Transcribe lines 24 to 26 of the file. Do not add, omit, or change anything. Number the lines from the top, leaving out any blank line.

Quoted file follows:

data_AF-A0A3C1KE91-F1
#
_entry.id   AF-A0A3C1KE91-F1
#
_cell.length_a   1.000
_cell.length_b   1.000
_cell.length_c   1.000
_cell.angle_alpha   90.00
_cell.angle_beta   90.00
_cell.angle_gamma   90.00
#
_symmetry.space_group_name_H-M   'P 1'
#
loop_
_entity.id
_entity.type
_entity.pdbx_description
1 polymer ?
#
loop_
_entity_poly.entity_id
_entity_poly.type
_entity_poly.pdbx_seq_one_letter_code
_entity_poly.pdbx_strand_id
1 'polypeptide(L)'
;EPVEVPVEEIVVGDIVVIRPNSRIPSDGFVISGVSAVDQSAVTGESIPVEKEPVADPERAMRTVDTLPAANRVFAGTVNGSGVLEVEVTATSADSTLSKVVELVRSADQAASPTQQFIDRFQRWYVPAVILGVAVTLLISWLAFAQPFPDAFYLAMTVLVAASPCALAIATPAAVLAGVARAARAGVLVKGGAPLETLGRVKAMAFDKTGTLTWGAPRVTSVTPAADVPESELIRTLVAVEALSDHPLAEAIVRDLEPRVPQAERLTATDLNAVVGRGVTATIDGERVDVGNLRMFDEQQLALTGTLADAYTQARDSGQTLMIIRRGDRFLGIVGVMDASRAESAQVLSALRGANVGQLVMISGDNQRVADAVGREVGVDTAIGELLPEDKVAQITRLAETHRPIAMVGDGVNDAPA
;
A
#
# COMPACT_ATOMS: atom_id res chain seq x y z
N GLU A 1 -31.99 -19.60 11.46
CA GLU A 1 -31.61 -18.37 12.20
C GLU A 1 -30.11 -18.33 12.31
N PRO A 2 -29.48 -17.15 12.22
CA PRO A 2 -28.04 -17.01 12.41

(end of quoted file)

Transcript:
_entity_poly.pdbx_strand_id
1 'polypeptide(L)'
;EPVEVPVEEIVVGDIVVIRPNSRIPSDGFVISGVSAVDQSAVTGESIPVEKEPVADPERAMRTVDTLPAANRVFAGTVNGSGVLEVEVTATSADSTLSKVVELVRSADQAASPTQQFIDRFQRWYVPAVILGVAVTLLISWLAFAQPFPDAFYLAMTVLVAASPCALAIATPAAVLAGVARAARAGVLVKGGAPLETLGRVKAMAFDKTGTLTWGAPRVTSVTPAADVPESELIRTLVAVEALSDHPLAEAIVRDLEPRVPQAERLTATDLNAVVGRGVTATIDGERVDVGNLRMFDEQQLALTGTLADAYTQARDSGQTLMIIRRGDRFLGIVGVMDASRAESAQVLSALRGANVGQLVMISGDNQRVADAVGREVGVDTAIGELLPEDKVAQITRLAETHRPIAMVGDGVNDAPA